White People Renovating Houses

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"White People Renovating Houses"
South Park episode
Episode no.Season 21
Episode 1
Directed byTrey Parker
Written byTrey Parker
Production code2101
Original air dateSeptember 13, 2017 (2017-09-13)
Episode chronology
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"White People Renovating Houses" is the first episode in the twenty-first season of the American animated television series South Park. It is the 278th episode of the series overall, and first aired on Comedy Central in the United States on September 13, 2017.

The episode parodied the use of smart speakers, such as Amazon Alexa, Google Home and Apple Siri, and the use of Confederate flags in the Unite the Right rally in Charlottesville.

Plot[edit]

Eric Cartman and his classmates play with an Amazon Echo Smart speaker, giving it instructions that include profanity, and laugh when the device repeats the inappropriate language. Cartman immediately becomes depressed when his girlfriend Heidi Turner appears and interrupts their laughter, and she in turn becomes frustrated when he refuses to express his feelings. Meanwhile, Randy and Sharon Marsh have started a television series titled White People Renovating Houses that features the couple redesigning people's homes. One of their broadcasts is interrupted when a group of men waving torches and Confederate flags are shown in the background protesting smart speakers because they believe the products have left them unemployed. Randy is irritated by their protest, but later decides to help them get jobs in which they serve as replacements for the smart speakers by responding to users' voice commands.

Cartman is dismayed to find his Alexa Echo has been replaced with a human, one who refuses to repeat his inappropriate language. Another man, Darryl Weathers, has accepted the job as Randy's smart speaker, but soon finds the job demeaning and quits. Randy berates him for being close minded about the future until Darryl reveals his frustration that he cannot knock down the load bearing walls in his house via renovation without his second floor collapsing. Randy offers to prop the ceiling up while knocking down the wall and delights Darryl with his redesign of the house. Cartman finds a pile of abandoned smart speakers in an alley and takes them home. Heidi goes to Cartman's house to apologize for upsetting him, but his mother says she cannot get him to leave his room. He is then shown laughing as the smart speakers comply with his requests. Before Heidi can apologize to him when they arrive at school, he ends their relationship, saying that he cannot tolerate her "abusive" treatment of him, and walks away.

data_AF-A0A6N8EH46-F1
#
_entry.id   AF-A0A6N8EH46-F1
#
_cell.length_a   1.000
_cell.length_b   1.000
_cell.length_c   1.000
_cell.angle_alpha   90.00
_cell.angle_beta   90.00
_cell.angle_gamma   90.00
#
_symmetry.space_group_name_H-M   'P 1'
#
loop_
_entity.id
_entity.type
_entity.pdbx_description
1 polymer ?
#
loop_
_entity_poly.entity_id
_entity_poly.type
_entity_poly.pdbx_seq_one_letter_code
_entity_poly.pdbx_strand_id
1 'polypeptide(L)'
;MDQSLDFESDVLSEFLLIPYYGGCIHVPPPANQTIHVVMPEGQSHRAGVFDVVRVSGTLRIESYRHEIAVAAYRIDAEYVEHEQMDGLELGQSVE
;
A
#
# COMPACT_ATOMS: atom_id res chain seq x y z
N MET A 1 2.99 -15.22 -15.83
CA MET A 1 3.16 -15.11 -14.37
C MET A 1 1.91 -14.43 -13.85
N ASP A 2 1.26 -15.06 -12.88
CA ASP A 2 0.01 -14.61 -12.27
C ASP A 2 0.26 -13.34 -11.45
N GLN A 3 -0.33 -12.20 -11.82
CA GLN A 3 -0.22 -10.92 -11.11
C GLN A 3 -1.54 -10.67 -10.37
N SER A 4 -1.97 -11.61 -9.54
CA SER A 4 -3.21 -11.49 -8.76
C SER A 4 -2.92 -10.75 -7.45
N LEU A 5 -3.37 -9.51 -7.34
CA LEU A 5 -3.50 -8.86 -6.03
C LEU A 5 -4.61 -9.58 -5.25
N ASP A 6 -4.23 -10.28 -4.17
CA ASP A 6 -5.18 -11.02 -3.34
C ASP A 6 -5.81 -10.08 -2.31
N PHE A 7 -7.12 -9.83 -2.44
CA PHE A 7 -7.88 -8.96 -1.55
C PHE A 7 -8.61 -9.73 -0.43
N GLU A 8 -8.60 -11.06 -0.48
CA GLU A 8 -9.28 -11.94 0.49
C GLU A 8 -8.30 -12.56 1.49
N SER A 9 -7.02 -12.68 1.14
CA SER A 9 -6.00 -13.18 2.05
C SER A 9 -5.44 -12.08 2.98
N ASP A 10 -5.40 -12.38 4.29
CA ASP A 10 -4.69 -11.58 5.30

Production notes[edit]

Ryan Parker with The Hollywood Reporter reported smart speakers belonging to multiple viewers, in particular Amazon Echos and Google Homes, reacted to the various commands Cartman spoke during the episode, including setting unwanted alarms and adding sexual items to shopping lists. Viewers reported on Twitter that they had to turn off their devices to prevent issues and posted videos of the reactions.[1]

Cultural references[edit]

The episode features the character "Jim Bob" perform a country-esque parody of American rapper Kendrick Lamar's song "Humble".[2][3][4][5]

Reception[edit]

Jesse Schedeen from IGN rated the episode a 5.8 out of 10, writing that it "tackled many subjects and failed to combine them into a proper whole."[6] Jeremy Lambert with 411 Mania rated it a 5.0 out of 10, stating "[the episode] didn't exactly provide hope for this year. There were some funny moments and I appreciated how Matt and Trey spun the narrative, but it didn't 'wow' me the way I was hoping."[7]

The A.V. Club contributor Dan Caffrey gave the episode a C+ rating, commenting "Parker and Stone never take their redneck/white nationalist stereotypes far enough from the source material for it to work as a joke that can stand on its own. And because they borrow so heavily from the Charlottesville protests without ever fully skewering the participants, the episode doesn't work as social commentary, either."[8] Writing for Den of Geek, Chris Longo gave it 2.5 out of 5 stars, and stated "From a show that had more biting satirical commentary on topics like Safe Spaces and PC culture, George Zimmerman, and Black Lives Matter, I expected a much stronger response to the events of Charlottesville from a South Park season premiere."[9]

References[edit]

  1. ^ Parker, Ryan (September 14, 2017). "'South Park' Episode Triggers Viewers' Amazon Alexa and Google Home". The Hollywood Reporter. Archived from the original on September 15, 2017. Retrieved September 14, 2017.
  2. ^ Blistein, Jon (September 14, 2017). "Watch 'South Park' Parody Kendrick Lamar's 'Humble'". Rolling Stone. Retrieved October 18, 2017.
  3. ^ Monroe, Jazz (September 14, 2017). "Watch "South Park" Spoof Kendrick's "HUMBLE."". Pitchfork. Retrieved October 18, 2017.
  4. ^ Young, Alex (September 14, 2017). "South Park parodies Kendrick Lamar's "HUMBLE.": Watch". Consequence of Sound. Retrieved October 18, 2017.
  5. ^ Connick, Tom (September 14, 2017). "South Park parodies Kendrick Lamar's 'HUMBLE.'". NME. Retrieved October 18, 2017.
  6. ^ Schedeen, Jesse (September 13, 2017). "South Park: "White People Renovating Houses" Review". IGN. Retrieved September 13, 2017.
  7. ^ Lambert, Jeremy (September 13, 2017). "South Park 21.1 Review – 'White People Renovating Houses'". 411 Mania. Retrieved September 13, 2017.
  8. ^ Caffrey, Dan (September 13, 2017). "Trump's America still haunts South Park's uneven season premiere". The A.V. Club. Retrieved September 13, 2017.
  9. ^ Longo, Chris (September 13, 2017). "South Park Season 21 Episode 1 Review: White People Renovating Houses". Den of Geek. Retrieved September 13, 2017.

External links[edit]